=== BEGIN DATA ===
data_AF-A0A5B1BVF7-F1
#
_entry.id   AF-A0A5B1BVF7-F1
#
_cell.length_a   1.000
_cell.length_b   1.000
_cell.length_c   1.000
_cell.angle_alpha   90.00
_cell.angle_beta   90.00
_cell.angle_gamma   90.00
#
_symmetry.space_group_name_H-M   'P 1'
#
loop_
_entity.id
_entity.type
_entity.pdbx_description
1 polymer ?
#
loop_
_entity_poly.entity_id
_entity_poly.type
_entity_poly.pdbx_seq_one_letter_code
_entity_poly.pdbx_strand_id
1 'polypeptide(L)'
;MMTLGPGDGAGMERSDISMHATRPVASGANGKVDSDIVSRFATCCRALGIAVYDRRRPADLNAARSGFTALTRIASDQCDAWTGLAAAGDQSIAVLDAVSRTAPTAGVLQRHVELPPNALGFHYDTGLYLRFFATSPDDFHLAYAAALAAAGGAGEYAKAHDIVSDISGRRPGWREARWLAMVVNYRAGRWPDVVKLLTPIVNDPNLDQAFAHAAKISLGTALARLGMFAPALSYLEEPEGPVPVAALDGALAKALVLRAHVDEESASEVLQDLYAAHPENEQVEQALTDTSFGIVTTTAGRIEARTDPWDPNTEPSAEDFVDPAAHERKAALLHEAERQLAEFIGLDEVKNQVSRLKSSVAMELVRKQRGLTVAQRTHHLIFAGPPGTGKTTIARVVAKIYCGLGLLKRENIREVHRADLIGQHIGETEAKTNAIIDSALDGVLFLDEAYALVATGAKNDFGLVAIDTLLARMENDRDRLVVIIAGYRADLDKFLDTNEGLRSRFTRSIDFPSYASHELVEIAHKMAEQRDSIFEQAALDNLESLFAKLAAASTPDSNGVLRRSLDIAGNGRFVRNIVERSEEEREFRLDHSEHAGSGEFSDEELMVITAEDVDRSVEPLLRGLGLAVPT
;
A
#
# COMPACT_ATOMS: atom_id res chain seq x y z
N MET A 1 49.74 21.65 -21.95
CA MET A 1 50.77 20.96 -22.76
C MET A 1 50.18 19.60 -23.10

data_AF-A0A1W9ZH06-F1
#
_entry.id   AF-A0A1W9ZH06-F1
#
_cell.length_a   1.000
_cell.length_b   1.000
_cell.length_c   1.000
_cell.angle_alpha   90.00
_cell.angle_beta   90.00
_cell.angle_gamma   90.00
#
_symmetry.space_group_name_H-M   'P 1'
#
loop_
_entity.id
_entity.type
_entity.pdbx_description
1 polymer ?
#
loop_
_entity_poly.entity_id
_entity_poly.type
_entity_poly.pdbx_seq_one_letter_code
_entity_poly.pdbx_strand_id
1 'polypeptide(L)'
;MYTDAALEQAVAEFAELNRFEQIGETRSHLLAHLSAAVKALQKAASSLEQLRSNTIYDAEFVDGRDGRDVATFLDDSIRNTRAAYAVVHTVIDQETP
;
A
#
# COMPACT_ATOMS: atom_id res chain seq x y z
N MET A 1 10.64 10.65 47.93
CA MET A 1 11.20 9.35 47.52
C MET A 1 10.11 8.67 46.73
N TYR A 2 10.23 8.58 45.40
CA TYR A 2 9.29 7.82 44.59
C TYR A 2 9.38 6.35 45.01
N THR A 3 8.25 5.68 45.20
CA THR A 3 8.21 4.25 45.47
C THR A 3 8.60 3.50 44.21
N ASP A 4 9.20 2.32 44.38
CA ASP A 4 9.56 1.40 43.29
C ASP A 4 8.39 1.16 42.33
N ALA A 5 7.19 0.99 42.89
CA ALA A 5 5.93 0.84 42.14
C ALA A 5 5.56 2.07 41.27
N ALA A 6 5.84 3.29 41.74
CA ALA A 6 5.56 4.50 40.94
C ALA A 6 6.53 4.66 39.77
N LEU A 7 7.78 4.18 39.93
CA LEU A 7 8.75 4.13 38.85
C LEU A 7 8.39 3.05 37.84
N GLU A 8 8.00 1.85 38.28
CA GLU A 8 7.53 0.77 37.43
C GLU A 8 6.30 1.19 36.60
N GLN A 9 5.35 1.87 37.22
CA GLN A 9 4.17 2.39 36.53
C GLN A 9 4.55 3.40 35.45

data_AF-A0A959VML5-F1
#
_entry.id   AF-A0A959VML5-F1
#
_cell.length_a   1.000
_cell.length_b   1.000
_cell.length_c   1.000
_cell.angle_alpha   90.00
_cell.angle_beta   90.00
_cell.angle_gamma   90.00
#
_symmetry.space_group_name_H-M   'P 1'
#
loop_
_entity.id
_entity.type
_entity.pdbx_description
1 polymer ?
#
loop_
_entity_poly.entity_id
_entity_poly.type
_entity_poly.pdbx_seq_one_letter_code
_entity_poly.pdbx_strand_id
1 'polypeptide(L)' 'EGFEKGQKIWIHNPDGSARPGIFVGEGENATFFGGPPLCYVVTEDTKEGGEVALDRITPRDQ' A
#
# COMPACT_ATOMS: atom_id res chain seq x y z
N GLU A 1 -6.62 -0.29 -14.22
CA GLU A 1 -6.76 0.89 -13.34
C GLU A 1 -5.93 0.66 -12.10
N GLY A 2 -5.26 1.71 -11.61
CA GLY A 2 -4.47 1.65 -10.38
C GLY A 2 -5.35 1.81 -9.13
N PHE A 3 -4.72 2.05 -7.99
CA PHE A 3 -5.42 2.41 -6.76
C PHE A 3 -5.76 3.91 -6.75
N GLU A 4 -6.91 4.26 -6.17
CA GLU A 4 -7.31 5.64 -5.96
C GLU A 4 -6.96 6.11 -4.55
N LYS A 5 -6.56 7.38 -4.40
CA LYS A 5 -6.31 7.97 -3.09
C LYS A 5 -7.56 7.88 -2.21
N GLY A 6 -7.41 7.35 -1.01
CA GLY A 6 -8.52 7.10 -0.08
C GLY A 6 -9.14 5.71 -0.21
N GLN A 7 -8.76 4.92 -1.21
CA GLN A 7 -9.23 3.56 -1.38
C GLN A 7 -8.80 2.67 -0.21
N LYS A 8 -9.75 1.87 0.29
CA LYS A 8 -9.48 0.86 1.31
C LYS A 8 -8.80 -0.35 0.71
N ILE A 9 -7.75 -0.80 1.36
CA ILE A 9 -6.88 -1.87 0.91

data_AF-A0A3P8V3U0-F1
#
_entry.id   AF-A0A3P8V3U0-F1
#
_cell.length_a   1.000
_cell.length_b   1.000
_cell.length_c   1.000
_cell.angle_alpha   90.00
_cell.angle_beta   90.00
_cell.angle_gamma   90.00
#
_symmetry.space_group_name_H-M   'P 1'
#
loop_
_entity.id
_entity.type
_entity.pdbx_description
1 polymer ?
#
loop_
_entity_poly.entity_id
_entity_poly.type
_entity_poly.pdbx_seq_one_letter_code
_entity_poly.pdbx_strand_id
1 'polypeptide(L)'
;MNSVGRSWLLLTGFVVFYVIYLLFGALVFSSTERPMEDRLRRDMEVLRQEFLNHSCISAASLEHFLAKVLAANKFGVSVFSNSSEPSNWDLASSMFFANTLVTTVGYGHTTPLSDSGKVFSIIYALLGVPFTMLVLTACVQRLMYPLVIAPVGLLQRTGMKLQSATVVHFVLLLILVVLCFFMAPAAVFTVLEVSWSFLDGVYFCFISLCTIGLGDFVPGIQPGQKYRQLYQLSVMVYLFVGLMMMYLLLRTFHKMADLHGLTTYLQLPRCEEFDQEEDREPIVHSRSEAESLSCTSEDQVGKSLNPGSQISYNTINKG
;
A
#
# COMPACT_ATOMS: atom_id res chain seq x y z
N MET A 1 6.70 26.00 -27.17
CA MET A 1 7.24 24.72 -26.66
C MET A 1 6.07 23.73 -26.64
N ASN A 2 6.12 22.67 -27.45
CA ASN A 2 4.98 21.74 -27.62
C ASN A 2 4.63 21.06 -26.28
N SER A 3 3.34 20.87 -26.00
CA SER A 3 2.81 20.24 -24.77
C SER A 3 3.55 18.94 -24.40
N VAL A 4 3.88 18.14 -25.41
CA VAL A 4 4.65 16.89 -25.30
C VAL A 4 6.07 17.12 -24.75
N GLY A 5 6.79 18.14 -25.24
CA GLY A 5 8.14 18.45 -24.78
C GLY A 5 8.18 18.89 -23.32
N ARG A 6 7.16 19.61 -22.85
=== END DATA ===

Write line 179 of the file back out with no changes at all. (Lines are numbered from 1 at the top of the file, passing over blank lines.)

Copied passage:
C ASN A 2 4.63 21.06 -26.28